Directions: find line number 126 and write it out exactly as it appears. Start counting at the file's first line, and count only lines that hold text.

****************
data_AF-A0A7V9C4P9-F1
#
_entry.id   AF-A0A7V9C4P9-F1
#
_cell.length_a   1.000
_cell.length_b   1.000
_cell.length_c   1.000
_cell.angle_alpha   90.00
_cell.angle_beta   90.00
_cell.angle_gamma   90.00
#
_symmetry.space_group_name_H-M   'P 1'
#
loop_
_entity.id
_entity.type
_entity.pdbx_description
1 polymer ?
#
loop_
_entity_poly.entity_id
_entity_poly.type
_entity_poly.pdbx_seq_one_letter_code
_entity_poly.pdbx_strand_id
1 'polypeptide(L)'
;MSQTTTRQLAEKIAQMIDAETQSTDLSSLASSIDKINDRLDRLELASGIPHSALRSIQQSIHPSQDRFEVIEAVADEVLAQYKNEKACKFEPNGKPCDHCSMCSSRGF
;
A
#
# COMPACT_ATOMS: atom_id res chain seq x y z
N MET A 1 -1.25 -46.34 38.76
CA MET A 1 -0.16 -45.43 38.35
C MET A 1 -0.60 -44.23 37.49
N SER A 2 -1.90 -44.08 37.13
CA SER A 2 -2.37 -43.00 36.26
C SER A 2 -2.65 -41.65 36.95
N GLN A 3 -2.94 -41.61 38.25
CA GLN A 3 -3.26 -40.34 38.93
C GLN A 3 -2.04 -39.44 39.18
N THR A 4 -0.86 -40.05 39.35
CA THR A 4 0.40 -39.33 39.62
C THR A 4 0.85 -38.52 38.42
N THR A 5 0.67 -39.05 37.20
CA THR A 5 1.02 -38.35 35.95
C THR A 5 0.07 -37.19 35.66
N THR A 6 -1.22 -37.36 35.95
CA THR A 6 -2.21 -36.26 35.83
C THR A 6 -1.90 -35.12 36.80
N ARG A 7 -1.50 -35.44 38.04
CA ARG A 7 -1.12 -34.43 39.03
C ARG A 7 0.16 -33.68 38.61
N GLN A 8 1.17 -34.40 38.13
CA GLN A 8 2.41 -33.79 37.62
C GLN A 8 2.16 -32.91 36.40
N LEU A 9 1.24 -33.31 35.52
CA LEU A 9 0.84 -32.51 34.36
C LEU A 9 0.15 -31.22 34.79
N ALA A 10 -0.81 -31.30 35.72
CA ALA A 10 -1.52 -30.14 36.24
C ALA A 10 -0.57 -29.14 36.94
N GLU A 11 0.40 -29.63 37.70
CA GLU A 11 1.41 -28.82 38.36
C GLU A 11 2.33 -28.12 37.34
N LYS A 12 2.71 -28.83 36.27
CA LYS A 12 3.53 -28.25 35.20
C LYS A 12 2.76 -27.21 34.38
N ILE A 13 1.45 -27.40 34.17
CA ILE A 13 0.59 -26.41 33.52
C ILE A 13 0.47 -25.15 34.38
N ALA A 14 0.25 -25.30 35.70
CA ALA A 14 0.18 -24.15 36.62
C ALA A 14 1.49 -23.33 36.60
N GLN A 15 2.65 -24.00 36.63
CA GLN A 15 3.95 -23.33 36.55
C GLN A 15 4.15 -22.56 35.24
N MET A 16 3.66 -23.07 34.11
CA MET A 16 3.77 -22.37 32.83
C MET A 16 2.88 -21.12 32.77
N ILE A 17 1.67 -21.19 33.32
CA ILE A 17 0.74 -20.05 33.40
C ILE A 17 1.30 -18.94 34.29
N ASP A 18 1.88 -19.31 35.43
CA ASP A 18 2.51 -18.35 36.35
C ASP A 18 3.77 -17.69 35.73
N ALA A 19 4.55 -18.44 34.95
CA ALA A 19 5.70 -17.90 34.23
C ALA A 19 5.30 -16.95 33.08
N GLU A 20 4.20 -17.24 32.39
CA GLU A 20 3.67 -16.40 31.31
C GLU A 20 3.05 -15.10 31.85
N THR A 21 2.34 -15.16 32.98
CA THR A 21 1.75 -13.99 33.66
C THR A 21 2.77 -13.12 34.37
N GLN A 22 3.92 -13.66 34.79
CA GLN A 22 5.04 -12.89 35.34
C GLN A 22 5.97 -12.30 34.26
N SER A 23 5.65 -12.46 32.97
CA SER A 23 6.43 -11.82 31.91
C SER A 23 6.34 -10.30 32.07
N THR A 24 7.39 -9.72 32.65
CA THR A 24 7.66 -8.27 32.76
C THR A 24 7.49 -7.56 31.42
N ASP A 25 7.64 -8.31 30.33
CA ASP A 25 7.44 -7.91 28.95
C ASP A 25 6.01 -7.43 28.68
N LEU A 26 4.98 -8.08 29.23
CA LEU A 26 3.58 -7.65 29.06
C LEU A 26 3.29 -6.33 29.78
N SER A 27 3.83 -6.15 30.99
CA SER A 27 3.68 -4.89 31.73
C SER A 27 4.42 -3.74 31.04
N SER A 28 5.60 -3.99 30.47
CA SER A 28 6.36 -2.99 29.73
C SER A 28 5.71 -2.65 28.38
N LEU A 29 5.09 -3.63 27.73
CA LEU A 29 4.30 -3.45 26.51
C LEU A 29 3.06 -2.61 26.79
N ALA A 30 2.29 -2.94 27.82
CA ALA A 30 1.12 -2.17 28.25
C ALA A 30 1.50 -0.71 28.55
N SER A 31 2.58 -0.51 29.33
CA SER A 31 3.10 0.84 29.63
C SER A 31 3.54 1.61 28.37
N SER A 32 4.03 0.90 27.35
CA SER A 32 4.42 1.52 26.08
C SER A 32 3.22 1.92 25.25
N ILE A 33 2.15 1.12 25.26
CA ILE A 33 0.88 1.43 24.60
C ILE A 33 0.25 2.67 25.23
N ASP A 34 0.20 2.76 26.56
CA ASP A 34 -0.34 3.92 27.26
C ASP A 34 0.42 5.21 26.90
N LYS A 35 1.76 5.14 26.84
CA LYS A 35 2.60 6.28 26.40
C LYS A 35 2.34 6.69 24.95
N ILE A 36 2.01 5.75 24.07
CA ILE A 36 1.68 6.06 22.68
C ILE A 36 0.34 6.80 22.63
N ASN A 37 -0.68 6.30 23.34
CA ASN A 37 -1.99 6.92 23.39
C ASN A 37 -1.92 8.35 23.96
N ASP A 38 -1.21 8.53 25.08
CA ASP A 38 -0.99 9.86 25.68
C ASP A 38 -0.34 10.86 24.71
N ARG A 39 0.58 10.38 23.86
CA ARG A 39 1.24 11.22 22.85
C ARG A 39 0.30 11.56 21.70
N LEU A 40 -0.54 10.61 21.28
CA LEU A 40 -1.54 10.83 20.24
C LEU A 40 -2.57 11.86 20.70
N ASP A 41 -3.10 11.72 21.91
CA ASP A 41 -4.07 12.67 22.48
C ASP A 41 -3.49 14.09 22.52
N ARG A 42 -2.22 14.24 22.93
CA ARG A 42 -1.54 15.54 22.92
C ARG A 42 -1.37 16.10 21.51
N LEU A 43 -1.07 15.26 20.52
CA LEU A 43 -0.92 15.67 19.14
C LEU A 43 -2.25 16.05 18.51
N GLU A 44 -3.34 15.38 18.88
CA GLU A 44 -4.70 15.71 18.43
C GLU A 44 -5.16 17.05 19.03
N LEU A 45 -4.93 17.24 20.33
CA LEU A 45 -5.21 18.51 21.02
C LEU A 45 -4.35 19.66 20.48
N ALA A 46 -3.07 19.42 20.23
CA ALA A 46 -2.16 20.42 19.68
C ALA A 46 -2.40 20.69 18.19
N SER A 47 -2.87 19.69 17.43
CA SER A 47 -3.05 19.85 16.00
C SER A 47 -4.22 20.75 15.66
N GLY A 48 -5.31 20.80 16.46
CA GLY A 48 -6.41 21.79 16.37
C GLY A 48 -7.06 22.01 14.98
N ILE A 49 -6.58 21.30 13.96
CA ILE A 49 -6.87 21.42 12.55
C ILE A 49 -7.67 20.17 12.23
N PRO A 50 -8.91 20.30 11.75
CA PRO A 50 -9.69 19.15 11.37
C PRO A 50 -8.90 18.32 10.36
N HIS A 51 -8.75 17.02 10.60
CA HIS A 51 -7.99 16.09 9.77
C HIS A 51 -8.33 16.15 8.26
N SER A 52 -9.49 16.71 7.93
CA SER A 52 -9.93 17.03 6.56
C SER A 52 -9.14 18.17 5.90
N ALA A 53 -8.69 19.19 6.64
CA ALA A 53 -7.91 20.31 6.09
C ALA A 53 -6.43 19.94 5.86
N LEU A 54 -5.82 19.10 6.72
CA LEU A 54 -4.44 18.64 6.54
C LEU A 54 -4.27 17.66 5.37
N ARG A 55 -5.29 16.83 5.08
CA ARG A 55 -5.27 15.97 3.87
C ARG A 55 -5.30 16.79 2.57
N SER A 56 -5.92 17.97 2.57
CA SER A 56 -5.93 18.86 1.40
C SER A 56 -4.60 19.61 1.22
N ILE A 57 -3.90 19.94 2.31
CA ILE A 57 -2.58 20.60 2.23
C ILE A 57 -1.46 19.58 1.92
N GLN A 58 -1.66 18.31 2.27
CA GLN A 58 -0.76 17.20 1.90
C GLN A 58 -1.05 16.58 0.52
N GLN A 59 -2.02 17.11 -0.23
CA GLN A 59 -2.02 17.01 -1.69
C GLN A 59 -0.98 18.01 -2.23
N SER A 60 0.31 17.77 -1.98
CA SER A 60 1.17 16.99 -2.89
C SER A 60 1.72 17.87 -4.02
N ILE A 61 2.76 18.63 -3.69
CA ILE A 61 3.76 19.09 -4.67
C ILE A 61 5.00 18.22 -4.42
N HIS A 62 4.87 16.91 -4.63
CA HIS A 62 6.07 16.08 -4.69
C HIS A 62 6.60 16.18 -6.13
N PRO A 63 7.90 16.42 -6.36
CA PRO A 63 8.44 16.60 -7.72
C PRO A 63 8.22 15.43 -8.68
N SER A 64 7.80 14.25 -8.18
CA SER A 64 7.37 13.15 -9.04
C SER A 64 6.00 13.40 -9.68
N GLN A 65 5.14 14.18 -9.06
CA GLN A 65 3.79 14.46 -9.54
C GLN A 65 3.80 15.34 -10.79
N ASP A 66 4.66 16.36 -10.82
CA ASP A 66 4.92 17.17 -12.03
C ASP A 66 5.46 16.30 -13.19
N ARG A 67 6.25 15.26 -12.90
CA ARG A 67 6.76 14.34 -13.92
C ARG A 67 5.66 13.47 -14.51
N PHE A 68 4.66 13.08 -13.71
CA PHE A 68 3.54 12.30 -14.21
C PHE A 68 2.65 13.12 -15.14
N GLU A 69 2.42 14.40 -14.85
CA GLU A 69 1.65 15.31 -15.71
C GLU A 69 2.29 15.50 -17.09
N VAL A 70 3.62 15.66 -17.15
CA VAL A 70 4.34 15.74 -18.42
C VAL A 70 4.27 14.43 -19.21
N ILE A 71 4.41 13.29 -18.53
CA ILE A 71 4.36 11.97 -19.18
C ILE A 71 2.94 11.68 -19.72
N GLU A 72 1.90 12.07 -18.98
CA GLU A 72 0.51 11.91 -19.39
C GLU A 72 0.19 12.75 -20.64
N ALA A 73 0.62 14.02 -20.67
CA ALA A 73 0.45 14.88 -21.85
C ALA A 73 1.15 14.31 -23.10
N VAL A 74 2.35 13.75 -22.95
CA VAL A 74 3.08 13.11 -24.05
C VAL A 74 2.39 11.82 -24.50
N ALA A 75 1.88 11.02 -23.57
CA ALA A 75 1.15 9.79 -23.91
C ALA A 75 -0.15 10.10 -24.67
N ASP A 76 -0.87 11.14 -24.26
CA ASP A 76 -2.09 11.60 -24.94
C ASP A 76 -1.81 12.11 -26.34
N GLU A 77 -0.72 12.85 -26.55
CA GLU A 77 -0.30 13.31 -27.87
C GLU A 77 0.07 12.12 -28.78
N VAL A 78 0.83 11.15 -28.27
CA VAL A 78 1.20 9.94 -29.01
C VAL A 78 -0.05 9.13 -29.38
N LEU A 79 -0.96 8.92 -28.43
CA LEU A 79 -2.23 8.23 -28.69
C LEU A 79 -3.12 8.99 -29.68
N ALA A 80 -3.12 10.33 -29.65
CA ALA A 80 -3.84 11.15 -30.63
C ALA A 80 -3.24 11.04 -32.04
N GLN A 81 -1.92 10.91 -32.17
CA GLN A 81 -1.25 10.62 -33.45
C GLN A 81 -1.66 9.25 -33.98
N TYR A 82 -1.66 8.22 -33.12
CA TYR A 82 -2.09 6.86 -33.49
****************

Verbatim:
C SER A 32 3.22 1.92 25.25